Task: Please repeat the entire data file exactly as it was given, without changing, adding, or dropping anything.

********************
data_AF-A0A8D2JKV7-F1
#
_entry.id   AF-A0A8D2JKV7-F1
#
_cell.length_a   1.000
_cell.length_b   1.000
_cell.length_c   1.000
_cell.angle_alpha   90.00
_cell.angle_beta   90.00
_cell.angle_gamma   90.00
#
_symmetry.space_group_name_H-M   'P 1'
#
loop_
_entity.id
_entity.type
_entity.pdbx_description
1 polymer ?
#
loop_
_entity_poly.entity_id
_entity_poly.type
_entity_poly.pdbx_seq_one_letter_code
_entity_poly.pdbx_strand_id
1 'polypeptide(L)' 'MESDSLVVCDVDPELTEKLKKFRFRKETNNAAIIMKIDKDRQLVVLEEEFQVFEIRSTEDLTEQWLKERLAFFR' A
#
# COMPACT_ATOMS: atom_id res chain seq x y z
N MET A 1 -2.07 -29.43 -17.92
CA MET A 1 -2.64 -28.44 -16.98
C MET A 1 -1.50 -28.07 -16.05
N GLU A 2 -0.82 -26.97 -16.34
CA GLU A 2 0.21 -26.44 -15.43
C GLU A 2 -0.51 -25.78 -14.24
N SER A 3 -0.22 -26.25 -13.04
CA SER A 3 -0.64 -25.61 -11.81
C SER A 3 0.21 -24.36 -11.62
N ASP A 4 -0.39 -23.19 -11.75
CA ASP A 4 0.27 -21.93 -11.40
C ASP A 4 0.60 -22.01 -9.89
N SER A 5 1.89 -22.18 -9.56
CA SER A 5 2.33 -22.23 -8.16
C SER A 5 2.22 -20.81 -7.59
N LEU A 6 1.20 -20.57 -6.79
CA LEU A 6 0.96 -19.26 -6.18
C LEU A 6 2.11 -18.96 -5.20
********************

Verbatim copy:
data_AF-A0A8D2JKV7-F1
#
_entry.id   AF-A0A8D2JKV7-F1
#
_cell.length_a   1.000
_cell.length_b   1.000
_cell.length_c   1.000
_cell.angle_alpha   90.00
_cell.angle_beta   90.00
_cell.angle_gamma   90.00
#
_symmetry.space_group_name_H-M   'P 1'
#
loop_
_entity.id
_entity.type
_entity.pdbx_description
1 polymer ?
#
loop_
_entity_poly.entity_id
_entity_poly.type
_entity_poly.pdbx_seq_one_letter_code
_entity_poly.pdbx_strand_id
1 'polypeptide(L)' 'MESDSLVVCDVDPELTEKLKKFRFRKETNNAAIIMKIDKDRQLVVLEEEFQVFEIRSTEDLTEQWLKERLAFFR' A
#
# COMPACT_ATOMS: atom_id res chain seq x y z
N MET A 1 -2.07 -29.43 -17.92
CA MET A 1 -2.64 -28.44 -16.98
C MET A 1 -1.50 -28.07 -16.05
N GLU A 2 -0.82 -26.97 -16.34
CA GLU A 2 0.21 -26.44 -15.43
C GLU A 2 -0.51 -25.78 -14.24
N SER A 3 -0.22 -26.25 -13.04
CA SER A 3 -0.64 -25.61 -11.81
C SER A 3 0.21 -24.36 -11.62
N ASP A 4 -0.39 -23.19 -11.75
CA ASP A 4 0.27 -21.93 -11.40
C ASP A 4 0.60 -22.01 -9.89
N SER A 5 1.89 -22.18 -9.56
CA SER A 5 2.33 -22.23 -8.16
C SER A 5 2.22 -20.81 -7.59
N LEU A 6 1.20 -20.57 -6.79
CA LEU A 6 0.96 -19.26 -6.18
C LEU A 6 2.11 -18.96 -5.20